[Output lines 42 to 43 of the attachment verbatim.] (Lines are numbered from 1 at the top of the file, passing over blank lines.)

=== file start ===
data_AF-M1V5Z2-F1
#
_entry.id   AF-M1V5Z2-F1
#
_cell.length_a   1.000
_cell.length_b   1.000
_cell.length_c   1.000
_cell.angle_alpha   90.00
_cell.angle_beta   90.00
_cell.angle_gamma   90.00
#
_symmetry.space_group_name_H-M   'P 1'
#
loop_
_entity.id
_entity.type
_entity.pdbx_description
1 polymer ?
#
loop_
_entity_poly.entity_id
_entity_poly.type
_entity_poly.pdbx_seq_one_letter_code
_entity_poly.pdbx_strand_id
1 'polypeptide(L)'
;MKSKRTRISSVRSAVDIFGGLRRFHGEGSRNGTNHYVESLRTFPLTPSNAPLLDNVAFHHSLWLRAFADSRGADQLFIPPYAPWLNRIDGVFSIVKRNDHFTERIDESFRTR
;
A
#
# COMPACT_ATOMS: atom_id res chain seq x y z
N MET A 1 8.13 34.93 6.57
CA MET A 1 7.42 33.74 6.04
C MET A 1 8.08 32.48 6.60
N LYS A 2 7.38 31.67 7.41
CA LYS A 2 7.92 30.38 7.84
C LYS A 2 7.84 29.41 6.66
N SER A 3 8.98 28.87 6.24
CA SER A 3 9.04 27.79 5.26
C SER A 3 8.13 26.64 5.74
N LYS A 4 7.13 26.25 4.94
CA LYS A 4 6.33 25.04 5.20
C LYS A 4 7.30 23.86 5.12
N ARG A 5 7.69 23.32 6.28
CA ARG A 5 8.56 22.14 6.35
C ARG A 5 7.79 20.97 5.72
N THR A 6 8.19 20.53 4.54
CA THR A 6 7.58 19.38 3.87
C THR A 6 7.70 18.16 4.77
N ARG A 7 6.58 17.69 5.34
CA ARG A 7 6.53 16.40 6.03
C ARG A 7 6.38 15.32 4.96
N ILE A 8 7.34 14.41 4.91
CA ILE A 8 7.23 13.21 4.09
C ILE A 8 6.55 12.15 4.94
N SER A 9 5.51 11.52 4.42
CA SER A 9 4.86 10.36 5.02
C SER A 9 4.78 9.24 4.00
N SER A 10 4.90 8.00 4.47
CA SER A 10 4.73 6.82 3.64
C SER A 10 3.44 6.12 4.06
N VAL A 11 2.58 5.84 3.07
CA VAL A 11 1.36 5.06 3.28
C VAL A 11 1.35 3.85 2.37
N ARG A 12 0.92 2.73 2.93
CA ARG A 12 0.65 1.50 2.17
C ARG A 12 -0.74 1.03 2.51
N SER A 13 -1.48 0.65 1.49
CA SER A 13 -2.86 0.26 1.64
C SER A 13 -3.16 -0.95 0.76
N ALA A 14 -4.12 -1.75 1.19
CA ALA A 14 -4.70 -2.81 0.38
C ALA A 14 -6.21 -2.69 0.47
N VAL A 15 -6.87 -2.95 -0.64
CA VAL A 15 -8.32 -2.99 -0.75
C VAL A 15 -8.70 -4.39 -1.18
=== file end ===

C LYS A 4 7.30 23.86 5.12
N ARG A 5 7.69 23.32 6.28